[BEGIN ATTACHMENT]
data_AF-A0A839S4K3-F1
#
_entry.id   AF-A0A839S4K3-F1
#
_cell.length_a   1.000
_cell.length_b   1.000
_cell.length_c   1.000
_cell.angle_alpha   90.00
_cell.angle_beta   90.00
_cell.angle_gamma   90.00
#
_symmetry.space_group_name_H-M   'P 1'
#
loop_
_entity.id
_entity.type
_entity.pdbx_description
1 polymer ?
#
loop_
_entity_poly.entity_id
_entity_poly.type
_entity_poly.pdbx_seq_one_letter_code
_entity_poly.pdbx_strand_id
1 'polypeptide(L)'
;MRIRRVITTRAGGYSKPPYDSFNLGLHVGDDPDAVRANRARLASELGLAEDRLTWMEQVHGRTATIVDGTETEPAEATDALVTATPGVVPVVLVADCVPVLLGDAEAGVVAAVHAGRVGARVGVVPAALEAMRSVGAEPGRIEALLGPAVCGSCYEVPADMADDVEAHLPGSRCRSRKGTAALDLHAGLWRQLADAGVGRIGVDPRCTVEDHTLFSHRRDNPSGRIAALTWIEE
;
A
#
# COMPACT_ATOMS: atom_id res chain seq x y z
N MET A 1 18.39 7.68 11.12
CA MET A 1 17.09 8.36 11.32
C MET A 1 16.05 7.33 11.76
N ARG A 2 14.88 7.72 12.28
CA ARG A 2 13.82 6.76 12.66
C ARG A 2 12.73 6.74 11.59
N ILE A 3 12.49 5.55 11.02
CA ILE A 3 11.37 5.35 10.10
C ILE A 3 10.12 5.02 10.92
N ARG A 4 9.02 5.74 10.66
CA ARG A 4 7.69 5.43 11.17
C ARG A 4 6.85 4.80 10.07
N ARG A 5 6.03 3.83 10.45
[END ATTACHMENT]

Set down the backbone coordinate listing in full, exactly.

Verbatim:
data_AF-A0A839S4K3-F1
#
_entry.id   AF-A0A839S4K3-F1
#
_cell.length_a   1.000
_cell.length_b   1.000
_cell.length_c   1.000
_cell.angle_alpha   90.00
_cell.angle_beta   90.00
_cell.angle_gamma   90.00
#
_symmetry.space_group_name_H-M   'P 1'
#
loop_
_entity.id
_entity.type
_entity.pdbx_description
1 polymer ?
#
loop_
_entity_poly.entity_id
_entity_poly.type
_entity_poly.pdbx_seq_one_letter_code
_entity_poly.pdbx_strand_id
1 'polypeptide(L)'
;MRIRRVITTRAGGYSKPPYDSFNLGLHVGDDPDAVRANRARLASELGLAEDRLTWMEQVHGRTATIVDGTETEPAEATDALVTATPGVVPVVLVADCVPVLLGDAEAGVVAAVHAGRVGARVGVVPAALEAMRSVGAEPGRIEALLGPAVCGSCYEVPADMADDVEAHLPGSRCRSRKGTAALDLHAGLWRQLADAGVGRIGVDPRCTVEDHTLFSHRRDNPSGRIAALTWIEE
;
A
#
# COMPACT_ATOMS: atom_id res chain seq x y z
N MET A 1 18.39 7.68 11.12
CA MET A 1 17.09 8.36 11.32
C MET A 1 16.05 7.33 11.76
N ARG A 2 14.88 7.72 12.28
CA ARG A 2 13.82 6.76 12.66
C ARG A 2 12.73 6.74 11.59
N ILE A 3 12.49 5.55 11.02
CA ILE A 3 11.37 5.35 10.10
C ILE A 3 10.12 5.02 10.92
N ARG A 4 9.02 5.74 10.66
CA ARG A 4 7.69 5.43 11.17
C ARG A 4 6.85 4.80 10.07
N ARG A 5 6.03 3.83 10.45